Desktop Mastering: How to Master Audio

Audio

What is mastering?  It’s what happens to your music after you’ve finished recording and mixing it.  This includes:

  • Arrange tracks and spaces between into their final order
  • Perform any minor edits that may be required
  • Remove noise
  • Adjust levels
  • Sweeten tracks by proper application of equalization and compression
  • Adjust ambiance or stereo width as necessary

This is of course an over-simplified list.  My good friend Steve Turnidge wrote a book explaining the mastering process in great detail which is about to be released.  He’s a very talented guy,  so if you really want to make your music and studio recordings shine I highly recommend you check out his desktop mastering book.

 

Desktop Mastering Book

Update:  Here’s a video of Steve explaining how audio production is like pie.  Sweet, delicious pie.

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High Pitched Noise In Movie Soundtracks

Audio

I like listening to movie soundtracks every once and a while. By that I mean the incidental music that was specifically written for the movie as opposed to whatever pop songs they’ve decided to throw in there. The problem with many soundtracks, however, is that there is a high-pitched whine in the background. Most of my friends either can’t hear it (they think I’m nuts) or aren’t bothered by it, but for me it’s very noticeable.

The other day I was listening to “The Pagemaster” and there it was again. I decided to prove that I wasn’t nuts and ran a track through the old spectrum analyzer.

Clicky for the track I analyzed (Uncompressed .wav so we don’t lose any frequencies. Don’t worry, it’s just a short clip. BTW if you’re the Pagemaster and you feel I shouldn’t be putting your music on the Intertubes let me know and I’ll remove it.)

Do you hear it? Here’s the frequency analysis:

See the spike?

 

Sure enough, there’s a spike just below 16kHz that comes in at the start of the track and just kind of lives there. Apparently most of my friends can’t hear 16kHz. I imagine many sound engineers can’t either or they wouldn’t be putting out CDs with that there. But why is it there? Why only movie soundtracks?

My theory is that the orchestra being recorded is playing along to visuals from the movie they are scoring and that what we are hearing is the flyback transformer in whatever CRT monitors they are using. The horizontal scanning frequency of NTSC monitors is about 15.734kHz, which would support this theory.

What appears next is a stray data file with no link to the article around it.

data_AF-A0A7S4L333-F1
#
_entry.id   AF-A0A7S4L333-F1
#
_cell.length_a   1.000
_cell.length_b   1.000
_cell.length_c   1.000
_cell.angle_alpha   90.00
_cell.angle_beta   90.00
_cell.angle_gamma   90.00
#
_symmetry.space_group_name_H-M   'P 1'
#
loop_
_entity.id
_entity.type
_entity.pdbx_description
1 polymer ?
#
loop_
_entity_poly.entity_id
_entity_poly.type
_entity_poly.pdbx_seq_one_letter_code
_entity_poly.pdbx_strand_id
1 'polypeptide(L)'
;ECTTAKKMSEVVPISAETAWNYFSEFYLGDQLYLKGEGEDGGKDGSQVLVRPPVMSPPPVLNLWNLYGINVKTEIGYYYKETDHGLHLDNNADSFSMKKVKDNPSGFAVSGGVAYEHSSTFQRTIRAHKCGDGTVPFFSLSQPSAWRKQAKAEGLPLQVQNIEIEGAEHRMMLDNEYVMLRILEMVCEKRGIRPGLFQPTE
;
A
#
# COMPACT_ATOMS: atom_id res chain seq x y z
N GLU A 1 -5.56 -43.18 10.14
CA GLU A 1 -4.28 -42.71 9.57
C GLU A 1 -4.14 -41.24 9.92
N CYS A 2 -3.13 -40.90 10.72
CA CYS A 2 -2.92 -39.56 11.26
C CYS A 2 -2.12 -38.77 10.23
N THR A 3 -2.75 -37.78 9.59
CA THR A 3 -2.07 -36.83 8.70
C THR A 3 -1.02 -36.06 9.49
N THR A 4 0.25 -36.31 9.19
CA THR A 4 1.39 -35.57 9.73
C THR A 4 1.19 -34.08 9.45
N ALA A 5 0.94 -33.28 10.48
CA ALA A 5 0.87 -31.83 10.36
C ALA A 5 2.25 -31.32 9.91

This is my plea to everyone who records a film soundtrack: please use LCD monitors! James Horner, John Williams, Hans Zimmer, Danny Elfman, that guy who records stuff in his basement; please don’t record near any CRTs. They are coming through on the recordings, and they are detracting from your excellent compositions.

Thanks!

-Scott

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How To Make Sound Effects

Audio

When recording your own sound effects for things, your first instinct is probably to stick a microphone by the actual thing you are trying to create an effect of. Sometimes this works, but other times there is too much other noise or it’s dangerous or implausible and sometimes it just plain sounds wrong. You have to think of what people expect things to sound like and not necessarily what they really sound like. Most sound effects you hear in movies and TV are cartoonish caricatures of real sounds (that’s part of why shots sound so unpolished when you hear them with the actual field audio).

Here’s a list of some sound effects and how to make them.

Biff!  Bam!  Oof!

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Gain Structure

Audio

What is gain structure?  It’s the thing that can make thousands of dollars worth of sound gear sound really bad if you do it wrong.  Even when your sound system is turned down to the point where it is very quiet it can still sound distorted if it is clipping anywhere along the signal path.

Not clipping

 

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Add Ambience To Your Walk-Through Attraction

Audio

Walk-through attractions are getting more detailed all the time.  Lifelike characters, multiple audio tracks and even themed scents continue to add to their realism.  Why not add some interactive audio ambience to make your rooms sound larger than life?

"Ooh, this cave sounds so big and spooky!"

 

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Oil Can Delays

Audio

The other day I had a chance to play with a Morley RWV Rotating Wah pedal that was made in about 1973. It had the standard volume pedal that became a wah pedal when you pushed a button. It also had another button that activated the “rotating sound” effect which was achieved with an oil can delay. I’d heard about these devices before but I’d never seen one. Of course I had to take the pedal apart to see what was inside.

Morley RWV Rotating Wah Pedal

 

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Play Surround-Sound from a Regular CD

Audio

CD-Rs have made audio playback for theatrical productions much easier than it was back in the day. You get instant random-access cuing, instant start, track titles and you can make changes to your sounds faster than real time. One of the downsides of CDs is that they only will play 2 tracks at a time (Left and Right). Many productions could benefit from additional tracks, whether it is for true surround-sound or you want to have a separate speaker for each sound source onstage. There are many computer and tape-based solutions available, but turns out that it’s not only possible but fairly easy to get 5.1 channels from a regular CD player.

 

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